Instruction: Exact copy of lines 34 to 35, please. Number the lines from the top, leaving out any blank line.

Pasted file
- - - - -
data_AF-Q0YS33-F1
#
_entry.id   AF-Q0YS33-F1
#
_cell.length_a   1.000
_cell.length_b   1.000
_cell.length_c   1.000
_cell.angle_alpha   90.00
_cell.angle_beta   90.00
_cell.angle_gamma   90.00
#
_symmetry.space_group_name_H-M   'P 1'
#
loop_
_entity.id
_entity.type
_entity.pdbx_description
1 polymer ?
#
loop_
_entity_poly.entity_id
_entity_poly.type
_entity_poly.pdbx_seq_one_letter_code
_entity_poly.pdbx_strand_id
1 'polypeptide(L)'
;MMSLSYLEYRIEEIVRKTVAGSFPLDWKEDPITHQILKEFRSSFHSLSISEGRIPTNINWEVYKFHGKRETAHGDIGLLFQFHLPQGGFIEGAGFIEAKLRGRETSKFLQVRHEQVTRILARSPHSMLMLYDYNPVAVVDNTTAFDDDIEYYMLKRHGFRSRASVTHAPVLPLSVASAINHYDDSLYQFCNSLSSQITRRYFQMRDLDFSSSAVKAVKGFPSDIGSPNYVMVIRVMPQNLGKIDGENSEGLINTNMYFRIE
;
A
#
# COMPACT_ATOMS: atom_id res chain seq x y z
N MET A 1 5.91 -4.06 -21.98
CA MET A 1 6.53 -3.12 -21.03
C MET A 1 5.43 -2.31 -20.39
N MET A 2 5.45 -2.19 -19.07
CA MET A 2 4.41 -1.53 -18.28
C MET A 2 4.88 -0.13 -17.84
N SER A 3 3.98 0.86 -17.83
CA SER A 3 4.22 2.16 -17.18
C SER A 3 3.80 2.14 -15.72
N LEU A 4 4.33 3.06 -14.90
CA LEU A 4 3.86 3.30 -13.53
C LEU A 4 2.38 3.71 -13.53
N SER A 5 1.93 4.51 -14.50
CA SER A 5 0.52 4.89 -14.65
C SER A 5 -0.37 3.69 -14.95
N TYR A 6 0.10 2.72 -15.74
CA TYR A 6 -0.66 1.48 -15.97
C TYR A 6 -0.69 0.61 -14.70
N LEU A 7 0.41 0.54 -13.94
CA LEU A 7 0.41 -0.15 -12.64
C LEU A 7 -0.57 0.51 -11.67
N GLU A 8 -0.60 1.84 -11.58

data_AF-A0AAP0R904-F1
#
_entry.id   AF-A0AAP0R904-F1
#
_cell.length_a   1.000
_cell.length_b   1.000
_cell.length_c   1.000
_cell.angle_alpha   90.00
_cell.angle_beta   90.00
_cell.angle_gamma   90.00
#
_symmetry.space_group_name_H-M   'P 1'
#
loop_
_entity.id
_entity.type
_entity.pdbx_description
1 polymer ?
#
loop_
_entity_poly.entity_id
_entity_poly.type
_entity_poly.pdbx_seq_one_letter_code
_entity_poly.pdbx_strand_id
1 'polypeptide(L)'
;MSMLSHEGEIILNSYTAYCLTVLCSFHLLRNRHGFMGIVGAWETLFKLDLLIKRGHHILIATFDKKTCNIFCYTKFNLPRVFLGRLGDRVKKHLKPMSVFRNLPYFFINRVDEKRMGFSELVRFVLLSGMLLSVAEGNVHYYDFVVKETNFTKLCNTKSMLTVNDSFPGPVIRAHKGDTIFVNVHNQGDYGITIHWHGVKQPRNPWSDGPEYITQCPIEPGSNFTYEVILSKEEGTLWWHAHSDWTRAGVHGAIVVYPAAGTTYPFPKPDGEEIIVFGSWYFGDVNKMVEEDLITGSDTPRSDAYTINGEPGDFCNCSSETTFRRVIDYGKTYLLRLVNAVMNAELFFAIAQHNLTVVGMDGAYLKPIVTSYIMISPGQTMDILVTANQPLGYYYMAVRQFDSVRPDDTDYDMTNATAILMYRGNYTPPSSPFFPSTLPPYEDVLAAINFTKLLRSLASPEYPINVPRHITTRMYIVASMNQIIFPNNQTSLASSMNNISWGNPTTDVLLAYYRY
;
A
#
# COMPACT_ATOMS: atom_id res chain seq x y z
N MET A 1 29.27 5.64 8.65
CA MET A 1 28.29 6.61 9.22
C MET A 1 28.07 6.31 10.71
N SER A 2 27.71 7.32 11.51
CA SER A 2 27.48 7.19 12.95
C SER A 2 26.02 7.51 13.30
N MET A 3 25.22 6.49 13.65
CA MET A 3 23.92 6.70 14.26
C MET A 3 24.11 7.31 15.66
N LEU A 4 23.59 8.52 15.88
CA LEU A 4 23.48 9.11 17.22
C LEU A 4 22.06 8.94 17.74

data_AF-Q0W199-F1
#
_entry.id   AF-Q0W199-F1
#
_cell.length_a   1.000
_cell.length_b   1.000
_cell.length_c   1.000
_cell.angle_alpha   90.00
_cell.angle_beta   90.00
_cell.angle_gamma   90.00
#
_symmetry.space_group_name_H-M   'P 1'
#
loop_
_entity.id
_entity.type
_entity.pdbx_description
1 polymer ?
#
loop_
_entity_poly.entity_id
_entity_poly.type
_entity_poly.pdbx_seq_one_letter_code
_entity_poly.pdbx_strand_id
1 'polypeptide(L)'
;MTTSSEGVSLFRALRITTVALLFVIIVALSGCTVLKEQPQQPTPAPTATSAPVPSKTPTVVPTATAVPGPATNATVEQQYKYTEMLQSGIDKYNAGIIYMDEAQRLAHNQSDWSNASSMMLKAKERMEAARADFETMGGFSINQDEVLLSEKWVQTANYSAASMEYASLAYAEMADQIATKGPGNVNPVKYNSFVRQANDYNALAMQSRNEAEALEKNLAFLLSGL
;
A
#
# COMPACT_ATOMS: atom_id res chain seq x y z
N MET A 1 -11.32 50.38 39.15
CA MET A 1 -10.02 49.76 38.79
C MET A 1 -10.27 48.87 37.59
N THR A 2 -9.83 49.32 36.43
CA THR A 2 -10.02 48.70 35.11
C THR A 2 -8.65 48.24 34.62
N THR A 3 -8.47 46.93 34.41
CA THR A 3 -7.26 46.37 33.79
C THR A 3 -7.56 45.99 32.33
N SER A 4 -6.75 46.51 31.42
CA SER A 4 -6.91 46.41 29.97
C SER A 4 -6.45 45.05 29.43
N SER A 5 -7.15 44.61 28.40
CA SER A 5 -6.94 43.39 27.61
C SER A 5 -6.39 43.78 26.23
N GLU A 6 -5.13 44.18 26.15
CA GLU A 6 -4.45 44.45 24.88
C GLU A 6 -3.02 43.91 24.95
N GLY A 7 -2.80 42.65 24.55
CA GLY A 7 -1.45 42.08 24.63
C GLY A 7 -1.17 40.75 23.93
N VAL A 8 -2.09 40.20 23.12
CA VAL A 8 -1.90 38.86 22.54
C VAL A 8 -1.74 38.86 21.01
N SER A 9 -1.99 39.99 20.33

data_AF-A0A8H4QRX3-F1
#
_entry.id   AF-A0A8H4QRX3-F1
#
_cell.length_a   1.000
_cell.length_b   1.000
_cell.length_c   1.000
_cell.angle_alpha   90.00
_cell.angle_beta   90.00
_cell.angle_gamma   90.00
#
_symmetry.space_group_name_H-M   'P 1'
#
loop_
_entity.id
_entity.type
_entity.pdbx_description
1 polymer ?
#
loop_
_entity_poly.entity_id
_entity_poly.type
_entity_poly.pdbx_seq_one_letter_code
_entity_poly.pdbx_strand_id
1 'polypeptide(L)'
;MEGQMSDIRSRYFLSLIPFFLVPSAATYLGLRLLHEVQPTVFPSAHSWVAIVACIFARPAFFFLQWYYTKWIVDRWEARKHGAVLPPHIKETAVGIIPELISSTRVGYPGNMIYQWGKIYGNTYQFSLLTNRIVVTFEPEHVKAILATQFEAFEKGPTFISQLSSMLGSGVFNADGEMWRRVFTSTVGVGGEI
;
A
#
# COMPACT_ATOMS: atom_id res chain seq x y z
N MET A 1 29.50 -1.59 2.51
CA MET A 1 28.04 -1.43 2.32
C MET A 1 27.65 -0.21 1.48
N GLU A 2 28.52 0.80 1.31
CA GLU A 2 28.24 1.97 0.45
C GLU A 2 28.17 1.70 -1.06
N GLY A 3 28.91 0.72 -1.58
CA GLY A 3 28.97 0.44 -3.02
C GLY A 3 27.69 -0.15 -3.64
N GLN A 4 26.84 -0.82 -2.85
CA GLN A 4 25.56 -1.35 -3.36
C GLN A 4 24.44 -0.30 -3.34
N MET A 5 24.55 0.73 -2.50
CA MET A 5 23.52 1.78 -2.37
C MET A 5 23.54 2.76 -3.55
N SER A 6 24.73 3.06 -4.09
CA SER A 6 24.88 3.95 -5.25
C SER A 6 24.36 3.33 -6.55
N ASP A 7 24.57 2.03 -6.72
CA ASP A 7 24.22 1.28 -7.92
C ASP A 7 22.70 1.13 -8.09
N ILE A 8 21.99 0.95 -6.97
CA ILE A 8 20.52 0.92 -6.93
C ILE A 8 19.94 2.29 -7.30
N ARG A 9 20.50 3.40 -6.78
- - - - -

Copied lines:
N MET A 2 5.45 -2.19 -19.07
CA MET A 2 4.41 -1.53 -18.28